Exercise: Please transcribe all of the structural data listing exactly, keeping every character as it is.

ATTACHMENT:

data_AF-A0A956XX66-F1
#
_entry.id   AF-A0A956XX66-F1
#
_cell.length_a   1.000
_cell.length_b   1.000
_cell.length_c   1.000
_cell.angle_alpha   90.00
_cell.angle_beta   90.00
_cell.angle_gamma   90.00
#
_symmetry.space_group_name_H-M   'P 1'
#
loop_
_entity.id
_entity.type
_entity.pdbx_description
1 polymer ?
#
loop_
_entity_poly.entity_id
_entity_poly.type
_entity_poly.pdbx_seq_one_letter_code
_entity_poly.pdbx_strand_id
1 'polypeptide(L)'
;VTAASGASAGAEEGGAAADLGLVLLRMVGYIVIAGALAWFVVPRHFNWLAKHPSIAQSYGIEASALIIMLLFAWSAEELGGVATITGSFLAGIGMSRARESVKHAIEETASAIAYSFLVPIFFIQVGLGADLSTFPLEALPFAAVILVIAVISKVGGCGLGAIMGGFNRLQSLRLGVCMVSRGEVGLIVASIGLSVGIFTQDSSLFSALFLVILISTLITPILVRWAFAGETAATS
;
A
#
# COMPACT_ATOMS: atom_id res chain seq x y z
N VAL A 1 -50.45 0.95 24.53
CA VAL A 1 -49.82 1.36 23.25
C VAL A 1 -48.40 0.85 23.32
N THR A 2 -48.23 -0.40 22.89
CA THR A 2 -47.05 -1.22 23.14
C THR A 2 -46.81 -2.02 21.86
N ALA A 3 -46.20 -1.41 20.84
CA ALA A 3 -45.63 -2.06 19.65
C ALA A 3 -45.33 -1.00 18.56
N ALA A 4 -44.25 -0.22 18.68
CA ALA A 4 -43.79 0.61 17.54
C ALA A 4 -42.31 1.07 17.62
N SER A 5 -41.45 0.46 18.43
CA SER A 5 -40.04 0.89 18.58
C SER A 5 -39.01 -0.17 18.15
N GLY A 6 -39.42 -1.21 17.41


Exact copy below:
data_AF-A0A956XX66-F1
#
_entry.id   AF-A0A956XX66-F1
#
_cell.length_a   1.000
_cell.length_b   1.000
_cell.length_c   1.000
_cell.angle_alpha   90.00
_cell.angle_beta   90.00
_cell.angle_gamma   90.00
#
_symmetry.space_group_name_H-M   'P 1'
#
loop_
_entity.id
_entity.type
_entity.pdbx_description
1 polymer ?
#
loop_
_entity_poly.entity_id
_entity_poly.type
_entity_poly.pdbx_seq_one_letter_code
_entity_poly.pdbx_strand_id
1 'polypeptide(L)'
;VTAASGASAGAEEGGAAADLGLVLLRMVGYIVIAGALAWFVVPRHFNWLAKHPSIAQSYGIEASALIIMLLFAWSAEELGGVATITGSFLAGIGMSRARESVKHAIEETASAIAYSFLVPIFFIQVGLGADLSTFPLEALPFAAVILVIAVISKVGGCGLGAIMGGFNRLQSLRLGVCMVSRGEVGLIVASIGLSVGIFTQDSSLFSALFLVILISTLITPILVRWAFAGETAATS
;
A
#
# COMPACT_ATOMS: atom_id res chain seq x y z
N VAL A 1 -50.45 0.95 24.53
CA VAL A 1 -49.82 1.36 23.25
C VAL A 1 -48.40 0.85 23.32
N THR A 2 -48.23 -0.40 22.89
CA THR A 2 -47.05 -1.22 23.14
C THR A 2 -46.81 -2.02 21.86
N ALA A 3 -46.20 -1.41 20.84
CA ALA A 3 -45.63 -2.06 19.65
C ALA A 3 -45.33 -1.00 18.56
N ALA A 4 -44.25 -0.22 18.68
CA ALA A 4 -43.79 0.61 17.54
C ALA A 4 -42.31 1.07 17.62
N SER A 5 -41.45 0.46 18.43
CA SER A 5 -40.04 0.89 18.58
C SER A 5 -39.01 -0.17 18.15
N GLY A 6 -39.42 -1.21 17.41